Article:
8. The process of claim 1 wherein the reaction vessel is either an alloy containing about 76 percent nickel, about 15.5 percent chromium and about 8 percent iron or an alloy containing about 59 percent nickel, about 15.5 percent chromium, about 16 percent molybdenum and about 3.75 percent tungsten; and wherein the reaction vessel either is empty or is packed with an alloy containing about 76 percent nickel, about 15.5 percent chromium and about 8 percent iron, or of an alloy containing about 59 percent nickel, about 15.5 percent chromium, about 16 percent molybdenum and about 3.75 percent tungsten.
9. The process of claim 1 wherein the effluent from the reactor is purified to remove olefins.
10. The process of claim 1 wherein there is substantially complete hydrogenolysis of the first and second halocarbon starting materials during a single pass through the reactor.
11. The process of claim 1 wherein unreacted first and second halocarbon starting materials are recycled to the reactor.
12. The process of claim 1 wherein the mixture fed to the reactor contains inert materials.
13. The process of claim 1 wherein the mixture fed to the reactor contains N2.
14. The process of claim 1 wherein the mixture fed to the reactor contains other halocarbons which do not undergo hydrogenolysis in the reactor.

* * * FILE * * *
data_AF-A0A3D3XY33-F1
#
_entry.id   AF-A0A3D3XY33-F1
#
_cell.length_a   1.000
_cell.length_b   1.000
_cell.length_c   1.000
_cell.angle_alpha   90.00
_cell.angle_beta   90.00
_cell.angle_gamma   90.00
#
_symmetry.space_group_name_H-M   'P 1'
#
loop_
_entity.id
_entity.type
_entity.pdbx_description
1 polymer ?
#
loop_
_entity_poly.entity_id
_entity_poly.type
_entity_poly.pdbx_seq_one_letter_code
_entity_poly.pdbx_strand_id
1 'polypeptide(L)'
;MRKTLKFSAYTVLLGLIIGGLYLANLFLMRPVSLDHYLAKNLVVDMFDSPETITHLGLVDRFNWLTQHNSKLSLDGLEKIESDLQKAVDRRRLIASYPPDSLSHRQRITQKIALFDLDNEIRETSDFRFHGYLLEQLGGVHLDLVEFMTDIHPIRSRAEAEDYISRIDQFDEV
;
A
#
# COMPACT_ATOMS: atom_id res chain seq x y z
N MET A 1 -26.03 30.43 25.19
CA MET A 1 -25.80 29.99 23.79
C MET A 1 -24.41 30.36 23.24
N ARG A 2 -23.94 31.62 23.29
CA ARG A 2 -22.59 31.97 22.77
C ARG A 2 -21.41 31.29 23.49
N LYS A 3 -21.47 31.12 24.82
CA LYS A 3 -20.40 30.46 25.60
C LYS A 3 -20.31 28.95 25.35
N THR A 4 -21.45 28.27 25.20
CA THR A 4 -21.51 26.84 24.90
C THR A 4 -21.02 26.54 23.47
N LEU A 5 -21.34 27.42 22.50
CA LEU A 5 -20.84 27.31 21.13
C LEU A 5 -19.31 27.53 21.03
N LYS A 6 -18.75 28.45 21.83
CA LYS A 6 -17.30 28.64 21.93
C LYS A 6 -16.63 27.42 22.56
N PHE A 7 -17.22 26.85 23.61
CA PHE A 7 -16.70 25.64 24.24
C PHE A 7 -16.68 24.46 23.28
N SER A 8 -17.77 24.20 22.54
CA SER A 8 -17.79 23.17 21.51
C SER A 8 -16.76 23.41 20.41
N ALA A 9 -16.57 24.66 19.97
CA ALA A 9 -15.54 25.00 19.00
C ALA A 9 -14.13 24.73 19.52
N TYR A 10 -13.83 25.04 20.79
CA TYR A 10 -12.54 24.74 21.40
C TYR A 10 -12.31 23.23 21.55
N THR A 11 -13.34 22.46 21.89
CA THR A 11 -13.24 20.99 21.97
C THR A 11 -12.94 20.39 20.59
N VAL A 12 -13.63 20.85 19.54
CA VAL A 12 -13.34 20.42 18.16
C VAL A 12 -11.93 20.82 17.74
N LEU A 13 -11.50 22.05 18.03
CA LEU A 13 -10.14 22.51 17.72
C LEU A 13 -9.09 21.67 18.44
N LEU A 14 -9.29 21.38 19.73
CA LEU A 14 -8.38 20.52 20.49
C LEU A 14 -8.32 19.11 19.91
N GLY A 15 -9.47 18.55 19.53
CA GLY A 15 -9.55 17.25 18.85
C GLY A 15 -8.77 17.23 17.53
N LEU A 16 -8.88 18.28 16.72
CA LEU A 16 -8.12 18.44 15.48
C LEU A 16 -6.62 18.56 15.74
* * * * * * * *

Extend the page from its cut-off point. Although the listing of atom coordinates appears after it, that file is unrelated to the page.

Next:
15. The process of claim 1 wherein the reaction vessel is nickel or nickel alloy and contains perforated plates of nickel or nickel alloy.
16. A multiunit method for producing a mixture comprising CHF2 CHF2 and CH2 FCF3 comprising the steps of:
(a) producing CCl2 FCClF2 by reacting CCl2 ═CCl2, Cl2, and HF;
(b) reacting a first portion of the CCl2 FCClF2 produced by step (a) with HF to produce CClF2 CClF2 ;
(c) feeding a second portion of the CCl2 FCClF2 produced by step (a) to an isomerization reactor to produce CCl3 CF3 ;
(d) reacting CCl3 CF3 produced by step (c) with HF to produce CCl2 FCF3 ; and
(e) contacting a mixture containing CClF2 CClF2 produced by step (b) and CCl2 FCF3 produced by step (d) with at least 0.5 mole of hydrogen per mole of CClF2 CClF2 and CCl2 FCF3 in said mixture, in a reaction vessel of aluminum, molybdenum, titanium, nickel, iron, cobalt, or their alloys or of silicon carbide, which is either empty or is packed with particles or formed shapes of aluminum, molybdenum, titanium, nickel, iron, cobalt, or their alloys or silicon carbide or low surface area carbon at a pressure within the range of from 0 psig to 1000 psig, at a temperature within the range of from 350° C. to 700° C. and for a time sufficient to produce a product mixture containing both CHF2 CHF2 and CH2 FCF3.